We repair books to extend their use. This can mean different things to different libraries depending upon their mission. A research library will want almost every book to be preserved indefinitely. A public or school library may feel certain books need only to be kept in circulation until they lose popularity (a few months to a few years). Does this mean that there should be a different set of less stringent standards for public and school libraries? A good repair IS a conservation quality repair and a bad repair can do more harm than good to the very materials it seeks to preserve. The techniques and materials used in the recommend sources below should be followed.
Library staff may want to seek assistance for repair to items of historical significance or books published before 1930 - a rather arbitrary date but linked to the fragility of most paper published prior to that time.
Nearly all repair procedures, beyond simple rehousing, may lead directly to loss of value (shortened use-life, intellectual, aesthetic, economic, etc.). Less obviously, it may also lead to a loss of value over the course of the life of the book. A repair that appears to have been successful at the time it is done may, over time, result in damage, whether through choice of materials whose aging behavior is not what was expected, through mechanical failure of the repair, or through unfortunate interactions between materials.
Some training resources are discussed elsewhere in this document.
A key issue is determining to what extent a book is important only for its information (the words printed in it) and to what extent it should be treated as an artifact. For a good discussion of this topic see: On the Preservation of Books and Documents in Original Form -- Barclay Ogden
This document discusses some of the criteria by which books are evaluated for selection for repair. It suggests a set of questions that should be answered by curatorial, circulation, and preservation staff to determine whether a book is a good candidate for repair.
There are some simple principles that form the foundation of responsible book repair. For more detailed discussion of these issues, consult the Code of Ethics and Guidelines for Practice of the American Institute for Conservation (AIC). While that document is intended for conservation conservators and conservation scientists, its philosophical underpinnings apply to simple repair.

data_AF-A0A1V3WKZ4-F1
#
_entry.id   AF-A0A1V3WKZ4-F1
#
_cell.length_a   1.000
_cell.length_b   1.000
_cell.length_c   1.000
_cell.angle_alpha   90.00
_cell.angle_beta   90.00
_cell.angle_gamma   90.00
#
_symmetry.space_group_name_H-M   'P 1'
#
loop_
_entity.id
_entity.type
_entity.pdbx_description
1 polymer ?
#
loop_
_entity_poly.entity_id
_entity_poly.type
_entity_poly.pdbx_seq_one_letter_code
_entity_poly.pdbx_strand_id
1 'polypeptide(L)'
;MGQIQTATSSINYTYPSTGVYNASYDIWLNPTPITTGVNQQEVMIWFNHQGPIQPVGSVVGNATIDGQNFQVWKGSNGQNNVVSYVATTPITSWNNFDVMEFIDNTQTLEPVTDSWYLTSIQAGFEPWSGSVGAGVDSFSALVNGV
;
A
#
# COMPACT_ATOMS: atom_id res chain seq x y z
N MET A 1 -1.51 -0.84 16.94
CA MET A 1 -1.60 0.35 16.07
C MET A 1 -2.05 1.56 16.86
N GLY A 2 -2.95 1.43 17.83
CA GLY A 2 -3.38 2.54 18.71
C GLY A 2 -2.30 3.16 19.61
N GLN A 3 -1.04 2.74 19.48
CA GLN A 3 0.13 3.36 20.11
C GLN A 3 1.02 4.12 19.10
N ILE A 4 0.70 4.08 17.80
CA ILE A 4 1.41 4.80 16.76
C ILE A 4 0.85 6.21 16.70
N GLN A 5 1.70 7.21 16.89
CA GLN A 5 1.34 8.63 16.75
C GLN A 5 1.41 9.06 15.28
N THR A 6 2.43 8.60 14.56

In truth, virtually any treatment beyond rehousing may, at some level, be "irreversible", See the AIC Code for discussion of this issue.
For research libraries and archives, it is important to recognize that it is very unlikely that any repair done today will be the last one the book receives during its lifetime. Moreover, if the history of conservation has taught us anything, it is that today's materials and techniques are very likely to be found wanting tomorrow.
So, the goal is to design repairs in such a way that they can easily be undone in the future without doing damage to the book. For these types of institutions this eliminates a wide range of materials and techniques (e.g. most pressure sensitive tapes, many widely available adhesives). However, we urge that all cultural institutions err on the side of caution when using repair materials. Unless one is very, very sure that the object will never have artifactual value, always use the best quality archival, reversible materials available.
As mentioned above, training for book repair is not a trivial enterprise. The manuals and other training resources below are offered not as a substitute for formal training, but as an adjunct and reinforcement of such training. Manuals and tutorials can help a prospective repair technician make the most of his/her training efforts, but are not themselves an adequate training experience. We recommend that the novice technician practice different techniques many times on discarded books and documents before attempting a repair on a book that is to remain part of the collection.
California Preservation Program
A Simple Book Repair Manual ( Dartmouth College Library)
Contains a list of necessary book repair tools, and instructions for ten simple repairs: Self-Closing Wrapper, Cleaning, Torn pages, Tip in a Page, Hinge Repair, Corner Repair, Sewing a Single Signature, Spine Repair, Air Dry Method, Hinge Tightening.
Conservation Book Repair: A training manual (Alaska State Library)
Spine Repair (Northwestern University Libraries)
Selected Book Repair Documents (UC Berkeley Conservation Department)
Procedures and Treatments Used for Book Repair and Pamphlet Binding (University of Illinois at Urbana/Champaign)
A familiarity with the specialized language of repair and conservation will make the training process more effective. A clear understanding of the parts of a book is the most critical area. It is also useful to distinguish between the differing usages of conservation/repair and the book trade.
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